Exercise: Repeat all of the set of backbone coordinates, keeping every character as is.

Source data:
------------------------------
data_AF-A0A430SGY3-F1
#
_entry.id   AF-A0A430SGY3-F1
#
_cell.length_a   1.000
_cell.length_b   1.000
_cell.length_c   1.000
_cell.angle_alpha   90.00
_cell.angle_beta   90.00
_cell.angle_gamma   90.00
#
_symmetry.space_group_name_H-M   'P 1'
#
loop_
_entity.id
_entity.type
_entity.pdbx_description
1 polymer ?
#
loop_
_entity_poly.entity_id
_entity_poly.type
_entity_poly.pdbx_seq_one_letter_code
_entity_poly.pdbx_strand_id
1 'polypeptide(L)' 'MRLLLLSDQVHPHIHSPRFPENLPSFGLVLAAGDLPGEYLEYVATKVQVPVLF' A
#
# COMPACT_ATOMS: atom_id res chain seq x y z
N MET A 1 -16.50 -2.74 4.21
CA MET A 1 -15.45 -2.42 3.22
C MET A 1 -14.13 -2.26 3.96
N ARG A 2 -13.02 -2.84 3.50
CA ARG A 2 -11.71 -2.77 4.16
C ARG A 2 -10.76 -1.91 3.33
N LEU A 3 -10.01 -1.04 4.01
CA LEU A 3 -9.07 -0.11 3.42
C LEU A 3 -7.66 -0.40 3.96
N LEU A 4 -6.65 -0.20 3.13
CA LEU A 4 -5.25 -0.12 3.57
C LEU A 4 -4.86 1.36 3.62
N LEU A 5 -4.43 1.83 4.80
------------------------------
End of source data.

data_AF-A0A430SGY3-F1
#
_entry.id   AF-A0A430SGY3-F1
#
_cell.length_a   1.000
_cell.length_b   1.000
_cell.length_c   1.000
_cell.angle_alpha   90.00
_cell.angle_beta   90.00
_cell.angle_gamma   90.00
#
_symmetry.space_group_name_H-M   'P 1'
#
loop_
_entity.id
_entity.type
_entity.pdbx_description
1 polymer ?
#
loop_
_entity_poly.entity_id
_entity_poly.type
_entity_poly.pdbx_seq_one_letter_code
_entity_poly.pdbx_strand_id
1 'polypeptide(L)' 'MRLLLLSDQVHPHIHSPRFPENLPSFGLVLAAGDLPGEYLEYVATKVQVPVLF' A
#
# COMPACT_ATOMS: atom_id res chain seq x y z
N MET A 1 -16.50 -2.74 4.21
CA MET A 1 -15.45 -2.42 3.22
C MET A 1 -14.13 -2.26 3.96
N ARG A 2 -13.02 -2.84 3.50
CA ARG A 2 -11.71 -2.77 4.16
C ARG A 2 -10.76 -1.91 3.33
N LEU A 3 -10.01 -1.04 4.01
CA LEU A 3 -9.07 -0.11 3.42
C LEU A 3 -7.66 -0.40 3.96
N LEU A 4 -6.65 -0.20 3.13
CA LEU A 4 -5.25 -0.12 3.57
C LEU A 4 -4.86 1.36 3.62
N LEU A 5 -4.43 1.83 4.80